Opinion – Bill Straub: Spreading misinformation is form of cheating; setting record straight isn’t censorship

If Sen. Rand Paul gets his way, Lord help us all, the nation may find itself expanding the Bill of Rights to include a new amendment – the freedom to lie.

The Bowling Green Republican has always had a touchy relationship with the truth. In 2013, in a presentation delivered to students at the University of Louisville School of Medicine, Paul advised the audience that “misinformation works.”

“I never ever cheated and I don’t condone cheating, but I would sometimes spread misinformation,” Paul boldly said. “And this is a great tactic. Misinformation can be very important.”

Now, one can debate whether spreading misinformation to gain some sort of advantage isn’t just a form of cheating, but we’ll leave that debate to the ethicists. The speech occurred during Paul’s first term on Capitol Hill and confirmed our boy isn’t reluctant to toss out a whopper every now and then.

The NKyTribune’s Washington columnist Bill Straub served 11 years as the Frankfort Bureau chief for The Kentucky Post. He also is the former White House/political correspondent for Scripps Howard News Service. A member of the Kentucky Journalism Hall of Fame, he currently resides in Silver Spring, Maryland, and writes frequently about the federal government and politics. Email him at williamgstraub@gmail.com

So it should come as no surprise that Paul, who is easily aggrieved in the first place, was flabbergasted by this week’s Supreme Court decision declaring that the Biden administration can pressure social media companies to correct claims appearing on their platforms that may deviate from the truth.

The issue may rise again because the court simply held that those seeking to prohibit the administration from calling out segments of social media – primarily attorneys general from two bedrocks of freedom, Louisiana and Missouri– didn’t have standing to object. It now remains if the White House comes across a prevarication on, say, X or Facebook, it can suggest the site correct the record.

In turn, as they likely usually do, the lords of social media can receive the request from the president of the United States and then tell him to go suck an egg.

That’s America and the First Amendment in action.

This does not sit well with our boy Rand, who maintains that any move on the part of the federal government to seek a correction of a mistake, a misunderstanding or a boldfaced lie is akin to stomping on the right to free speech.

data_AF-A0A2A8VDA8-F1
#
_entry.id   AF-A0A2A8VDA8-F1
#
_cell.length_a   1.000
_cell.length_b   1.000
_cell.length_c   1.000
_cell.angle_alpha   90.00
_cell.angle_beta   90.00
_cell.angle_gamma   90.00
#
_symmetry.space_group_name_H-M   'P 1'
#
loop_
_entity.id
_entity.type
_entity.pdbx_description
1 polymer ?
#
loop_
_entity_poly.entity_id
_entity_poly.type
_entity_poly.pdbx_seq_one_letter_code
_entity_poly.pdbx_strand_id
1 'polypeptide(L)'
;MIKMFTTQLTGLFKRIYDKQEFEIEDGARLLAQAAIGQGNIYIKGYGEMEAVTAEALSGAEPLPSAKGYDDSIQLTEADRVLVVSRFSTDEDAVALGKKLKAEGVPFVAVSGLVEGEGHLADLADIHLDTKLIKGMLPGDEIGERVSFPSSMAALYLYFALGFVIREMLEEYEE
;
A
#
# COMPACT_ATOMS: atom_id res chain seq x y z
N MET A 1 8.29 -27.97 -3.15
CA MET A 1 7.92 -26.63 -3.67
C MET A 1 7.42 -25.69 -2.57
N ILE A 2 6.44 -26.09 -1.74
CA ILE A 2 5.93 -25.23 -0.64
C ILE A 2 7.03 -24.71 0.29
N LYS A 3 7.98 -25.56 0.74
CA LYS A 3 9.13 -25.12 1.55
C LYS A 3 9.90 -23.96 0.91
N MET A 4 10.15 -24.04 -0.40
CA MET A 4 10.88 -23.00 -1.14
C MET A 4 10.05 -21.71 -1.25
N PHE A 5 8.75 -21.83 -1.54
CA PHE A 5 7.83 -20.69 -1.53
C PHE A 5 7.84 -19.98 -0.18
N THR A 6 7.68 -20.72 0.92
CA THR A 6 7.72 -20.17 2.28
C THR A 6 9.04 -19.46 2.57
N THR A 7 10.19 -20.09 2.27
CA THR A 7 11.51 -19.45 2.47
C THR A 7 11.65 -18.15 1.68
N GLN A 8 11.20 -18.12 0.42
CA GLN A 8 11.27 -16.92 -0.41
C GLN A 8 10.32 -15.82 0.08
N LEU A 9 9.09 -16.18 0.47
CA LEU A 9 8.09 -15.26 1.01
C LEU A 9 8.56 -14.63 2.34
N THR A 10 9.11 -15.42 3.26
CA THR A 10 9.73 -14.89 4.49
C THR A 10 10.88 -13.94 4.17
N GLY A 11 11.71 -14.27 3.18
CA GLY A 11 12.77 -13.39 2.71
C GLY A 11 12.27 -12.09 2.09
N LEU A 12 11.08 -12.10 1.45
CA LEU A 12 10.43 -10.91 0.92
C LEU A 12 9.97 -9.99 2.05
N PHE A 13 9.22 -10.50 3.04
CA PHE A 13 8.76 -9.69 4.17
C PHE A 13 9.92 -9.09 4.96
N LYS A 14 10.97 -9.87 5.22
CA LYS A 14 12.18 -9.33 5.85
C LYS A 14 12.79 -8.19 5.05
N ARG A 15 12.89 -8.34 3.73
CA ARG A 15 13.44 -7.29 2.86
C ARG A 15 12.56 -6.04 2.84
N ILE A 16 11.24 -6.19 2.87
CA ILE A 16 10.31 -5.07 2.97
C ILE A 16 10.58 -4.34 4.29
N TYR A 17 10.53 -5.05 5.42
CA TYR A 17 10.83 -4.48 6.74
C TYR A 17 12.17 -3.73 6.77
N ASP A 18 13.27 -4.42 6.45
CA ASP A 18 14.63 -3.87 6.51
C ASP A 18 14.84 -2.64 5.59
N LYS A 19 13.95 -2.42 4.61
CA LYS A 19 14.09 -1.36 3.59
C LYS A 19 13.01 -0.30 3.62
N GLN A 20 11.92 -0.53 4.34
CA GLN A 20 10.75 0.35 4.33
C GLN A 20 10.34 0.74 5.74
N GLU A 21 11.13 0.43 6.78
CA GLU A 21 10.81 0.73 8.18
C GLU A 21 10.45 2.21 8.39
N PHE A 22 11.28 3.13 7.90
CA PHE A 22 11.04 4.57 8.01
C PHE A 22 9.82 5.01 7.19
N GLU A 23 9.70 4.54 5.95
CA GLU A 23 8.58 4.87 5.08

“Today’s SCOTUS decision makes it clear we urgently need to defend our God-given right to free expression,” Paul wrote, ironically, on X, a site likely to be affected by the case. “It’s time to fight back and pass my Free Speech Protection Act so the government can no longer cloak itself in secrecy to undermine the First Amendment rights of Americans.”

The Free Speech Protection Act, which Paul introduced in July 2023, seeks to prohibit federal officials from censoring or attacking free speech. Those violating the measure, which hasn’t become law, could face severe mandatory penalties.

Sounds reasonable enough. But there is no evidence that the Biden administration, in its communications with social media sites, has sought to censor anyone, a move that would require suppression or deletion of material the White House deemed objectionable. Censorship is not in play.

Attacking, however, is a term of art. Is criticism analogous to attacking and, if it is, should the federal government and its officials be prohibited from complaining about something it finds unacceptable?

Republicans perhaps to protect their Moses, the once and perhaps future President Donald J. Trump, who analysts claim told more than 30,000 “untruths” during his four years in office, have not taken kindly to organizations and web sites looking over their shoulders, and the shoulders of others, checking to see if their claims are on the up-and-up. The Supreme Court case and congressional investigations have already had an impact on groups in the truth-seeking industry – the Stanford Internet Observatory, one of the top sites in the genre, was forced to shut down recently because of attacks and lawsuits.